In the ongoing saga of Elio Motors, would-be maker of the 3-wheeled Elio car, new developments have the company getting the shuttered General Motors plant near Shreveport, Louisiana that they had hoped for.
A Caddo District Judge has denied the portion of the lawsuit brought by Caddo Commissioner Stephanie Lynch against the commission, saying that the commissioner failed to demonstrate how taxpayers would be harmed by the planned $7.5 million purchase of the former GM facility. He also refused to address the legality of the $7.5 million transfer of funds from other budgets within the Caddo Parish and found no constitutional question to address.
This decision means that the parish can move forward with its plan, says its attorney Dannye Malone, and the commission plans to do so. Lynch says she may appeal the judge’s decision.
Lynch’s concern is that the Caddo Parish will be spending taxpayer funds to purchase a shuttered plant which it will then, with no guarantees of jobs being created, lease to a development company that will in turn lease a portion of the facility to Elio Motors and renovate and sublet the rest.
“The devil is in the details,” Lynch said in a Wednesday morning press release. “I have been working behind the scenes for months trying to get this deal structured to benefit former GM workers and those seeking better employment opportunities to no avail. The lawsuit was the last resort.”
The rest of the Caddo Commission says that the steel and copper content of the building justify the price paid. Their deal, penned with Industrial Realty Group, a California company specializing in shuttered GM plants, gives them control of the plant so long as they do not demolish it, for thirty months. During that time, IRG will in turn guarantee access for that same period of time to Elio Motors as well as invest $7.5 million into the carmaker.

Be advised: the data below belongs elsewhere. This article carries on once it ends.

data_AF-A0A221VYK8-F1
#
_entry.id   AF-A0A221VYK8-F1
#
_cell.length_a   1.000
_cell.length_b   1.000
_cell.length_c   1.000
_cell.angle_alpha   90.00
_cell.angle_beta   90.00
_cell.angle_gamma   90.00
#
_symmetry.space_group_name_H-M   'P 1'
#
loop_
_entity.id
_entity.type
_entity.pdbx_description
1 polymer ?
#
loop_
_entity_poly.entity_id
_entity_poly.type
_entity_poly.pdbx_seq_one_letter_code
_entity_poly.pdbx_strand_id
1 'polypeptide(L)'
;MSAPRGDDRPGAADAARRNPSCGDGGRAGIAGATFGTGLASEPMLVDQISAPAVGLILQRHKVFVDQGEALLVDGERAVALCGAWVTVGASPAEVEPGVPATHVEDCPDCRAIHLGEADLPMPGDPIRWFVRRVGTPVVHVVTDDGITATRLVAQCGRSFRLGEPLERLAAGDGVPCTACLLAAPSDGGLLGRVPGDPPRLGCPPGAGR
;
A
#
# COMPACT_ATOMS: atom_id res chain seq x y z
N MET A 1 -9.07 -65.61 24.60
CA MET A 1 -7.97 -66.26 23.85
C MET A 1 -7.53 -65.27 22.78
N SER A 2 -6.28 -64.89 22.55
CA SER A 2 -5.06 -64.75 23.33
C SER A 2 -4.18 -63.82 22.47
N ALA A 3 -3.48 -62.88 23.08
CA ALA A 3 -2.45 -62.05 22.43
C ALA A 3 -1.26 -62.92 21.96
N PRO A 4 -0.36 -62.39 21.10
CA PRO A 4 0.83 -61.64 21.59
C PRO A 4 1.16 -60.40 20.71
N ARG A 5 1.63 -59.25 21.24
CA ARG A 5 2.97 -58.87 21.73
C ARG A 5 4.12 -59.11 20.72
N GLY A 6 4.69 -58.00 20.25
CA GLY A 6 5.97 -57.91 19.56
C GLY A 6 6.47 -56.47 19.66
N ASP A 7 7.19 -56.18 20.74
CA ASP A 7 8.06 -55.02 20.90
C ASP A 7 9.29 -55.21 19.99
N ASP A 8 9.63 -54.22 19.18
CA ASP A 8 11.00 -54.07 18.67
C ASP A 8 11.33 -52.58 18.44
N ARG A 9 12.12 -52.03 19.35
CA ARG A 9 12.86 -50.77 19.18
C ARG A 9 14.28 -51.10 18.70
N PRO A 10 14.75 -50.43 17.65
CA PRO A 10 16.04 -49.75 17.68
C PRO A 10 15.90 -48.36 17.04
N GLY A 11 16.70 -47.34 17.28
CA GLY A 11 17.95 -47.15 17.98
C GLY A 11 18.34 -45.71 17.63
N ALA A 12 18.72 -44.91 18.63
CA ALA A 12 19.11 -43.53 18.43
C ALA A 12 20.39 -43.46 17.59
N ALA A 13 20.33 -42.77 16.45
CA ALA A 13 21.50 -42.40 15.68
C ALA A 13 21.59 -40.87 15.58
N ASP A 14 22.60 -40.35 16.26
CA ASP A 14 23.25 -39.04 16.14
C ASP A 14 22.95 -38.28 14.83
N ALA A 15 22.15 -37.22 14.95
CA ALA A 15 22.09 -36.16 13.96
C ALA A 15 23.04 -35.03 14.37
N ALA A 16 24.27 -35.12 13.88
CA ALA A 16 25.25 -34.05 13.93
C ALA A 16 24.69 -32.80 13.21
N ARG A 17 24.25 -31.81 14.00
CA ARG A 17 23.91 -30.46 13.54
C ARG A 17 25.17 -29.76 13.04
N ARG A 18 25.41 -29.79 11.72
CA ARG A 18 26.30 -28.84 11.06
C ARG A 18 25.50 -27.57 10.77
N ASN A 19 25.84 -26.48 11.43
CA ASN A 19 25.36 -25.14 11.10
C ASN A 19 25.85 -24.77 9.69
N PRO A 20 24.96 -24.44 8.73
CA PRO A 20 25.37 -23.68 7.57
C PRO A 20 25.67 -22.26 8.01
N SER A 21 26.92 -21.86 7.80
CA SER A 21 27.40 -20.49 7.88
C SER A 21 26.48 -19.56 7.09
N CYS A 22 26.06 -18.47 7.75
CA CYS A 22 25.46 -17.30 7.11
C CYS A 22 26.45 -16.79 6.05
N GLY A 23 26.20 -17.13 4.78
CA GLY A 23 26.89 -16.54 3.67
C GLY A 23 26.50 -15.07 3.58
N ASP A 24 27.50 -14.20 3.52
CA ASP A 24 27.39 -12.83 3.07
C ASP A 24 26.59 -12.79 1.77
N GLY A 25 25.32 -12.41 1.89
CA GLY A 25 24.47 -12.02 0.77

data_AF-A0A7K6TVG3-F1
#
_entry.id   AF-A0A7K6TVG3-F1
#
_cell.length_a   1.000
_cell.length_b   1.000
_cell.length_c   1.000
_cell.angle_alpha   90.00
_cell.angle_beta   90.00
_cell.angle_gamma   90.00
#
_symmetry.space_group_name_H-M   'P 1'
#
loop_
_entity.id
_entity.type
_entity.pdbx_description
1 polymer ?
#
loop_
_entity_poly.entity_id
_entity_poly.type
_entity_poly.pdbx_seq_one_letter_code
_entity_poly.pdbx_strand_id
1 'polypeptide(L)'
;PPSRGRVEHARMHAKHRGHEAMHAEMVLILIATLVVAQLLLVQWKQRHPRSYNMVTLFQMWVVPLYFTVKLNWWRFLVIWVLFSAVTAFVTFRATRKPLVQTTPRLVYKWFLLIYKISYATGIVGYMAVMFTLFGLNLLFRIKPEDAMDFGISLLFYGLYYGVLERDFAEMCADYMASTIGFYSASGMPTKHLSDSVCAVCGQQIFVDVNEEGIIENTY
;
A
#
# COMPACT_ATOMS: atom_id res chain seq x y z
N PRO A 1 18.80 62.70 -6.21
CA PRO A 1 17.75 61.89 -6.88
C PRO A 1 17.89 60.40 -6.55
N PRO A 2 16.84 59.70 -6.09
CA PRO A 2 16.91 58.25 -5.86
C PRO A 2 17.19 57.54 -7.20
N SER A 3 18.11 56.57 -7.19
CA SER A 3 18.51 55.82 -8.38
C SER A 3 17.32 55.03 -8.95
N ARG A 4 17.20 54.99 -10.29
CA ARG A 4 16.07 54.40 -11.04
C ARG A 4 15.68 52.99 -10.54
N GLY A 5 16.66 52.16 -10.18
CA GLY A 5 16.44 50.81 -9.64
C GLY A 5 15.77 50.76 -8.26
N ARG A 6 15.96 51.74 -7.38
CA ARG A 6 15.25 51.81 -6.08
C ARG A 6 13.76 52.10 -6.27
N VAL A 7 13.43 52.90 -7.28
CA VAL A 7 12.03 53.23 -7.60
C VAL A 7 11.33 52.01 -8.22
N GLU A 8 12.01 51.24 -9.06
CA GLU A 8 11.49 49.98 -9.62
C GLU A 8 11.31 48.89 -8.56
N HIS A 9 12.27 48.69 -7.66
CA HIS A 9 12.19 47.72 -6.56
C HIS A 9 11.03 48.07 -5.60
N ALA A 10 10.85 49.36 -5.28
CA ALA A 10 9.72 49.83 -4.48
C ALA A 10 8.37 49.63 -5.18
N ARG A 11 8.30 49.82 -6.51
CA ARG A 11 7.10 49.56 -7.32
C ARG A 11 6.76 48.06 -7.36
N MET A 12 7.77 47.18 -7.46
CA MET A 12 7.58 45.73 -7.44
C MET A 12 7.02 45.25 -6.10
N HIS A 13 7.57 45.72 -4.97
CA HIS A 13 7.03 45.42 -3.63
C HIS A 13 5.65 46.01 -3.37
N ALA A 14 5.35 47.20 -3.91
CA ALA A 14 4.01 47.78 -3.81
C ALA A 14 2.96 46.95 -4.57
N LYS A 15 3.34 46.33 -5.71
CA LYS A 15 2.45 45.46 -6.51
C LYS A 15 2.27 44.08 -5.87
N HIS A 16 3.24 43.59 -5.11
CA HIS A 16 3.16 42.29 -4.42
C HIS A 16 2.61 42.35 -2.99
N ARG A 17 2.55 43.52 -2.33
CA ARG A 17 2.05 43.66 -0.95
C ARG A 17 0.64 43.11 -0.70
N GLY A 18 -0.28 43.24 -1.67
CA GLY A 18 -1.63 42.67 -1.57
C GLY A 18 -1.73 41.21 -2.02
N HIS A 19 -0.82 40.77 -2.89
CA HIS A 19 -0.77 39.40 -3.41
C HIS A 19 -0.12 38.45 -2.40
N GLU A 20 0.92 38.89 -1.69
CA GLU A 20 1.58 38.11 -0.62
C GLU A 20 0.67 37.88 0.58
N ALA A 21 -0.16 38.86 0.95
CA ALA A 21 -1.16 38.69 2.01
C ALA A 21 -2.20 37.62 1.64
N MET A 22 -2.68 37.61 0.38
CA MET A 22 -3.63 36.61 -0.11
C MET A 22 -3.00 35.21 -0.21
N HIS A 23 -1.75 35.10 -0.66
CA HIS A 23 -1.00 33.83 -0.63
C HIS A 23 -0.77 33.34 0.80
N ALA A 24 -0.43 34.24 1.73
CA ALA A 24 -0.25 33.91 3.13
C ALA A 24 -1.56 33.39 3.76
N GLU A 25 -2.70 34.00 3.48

Suspicious yet? The numbers sure are interesting here, that’s for sure. Elio claims they will begin producing the three-wheeled car in time to meet their 2014 production plans, but their financials prove that they will need a lot more investment before that can happen.
The guarantees to IRG and Elio from the Caddo Commission have no requirements for job creation, hiring processes or workforce supply. In other words, the commission has given a clear slate for Elio with no stipulations or milestones to be met during the thirty months they are guaranteed access to the plant. Neither are there any clear requirements or stipulations to guarantee renewal of the contract when that 30 months is past.
Sounds like a pretty good deal for the startup automaker whose plans for the future are about as unrealistic as they could ever be. They get access to an automotive production plant, $7.5 million in investment that isn’t clearly tied to a government, and have no requirements or stipulations put on them in return.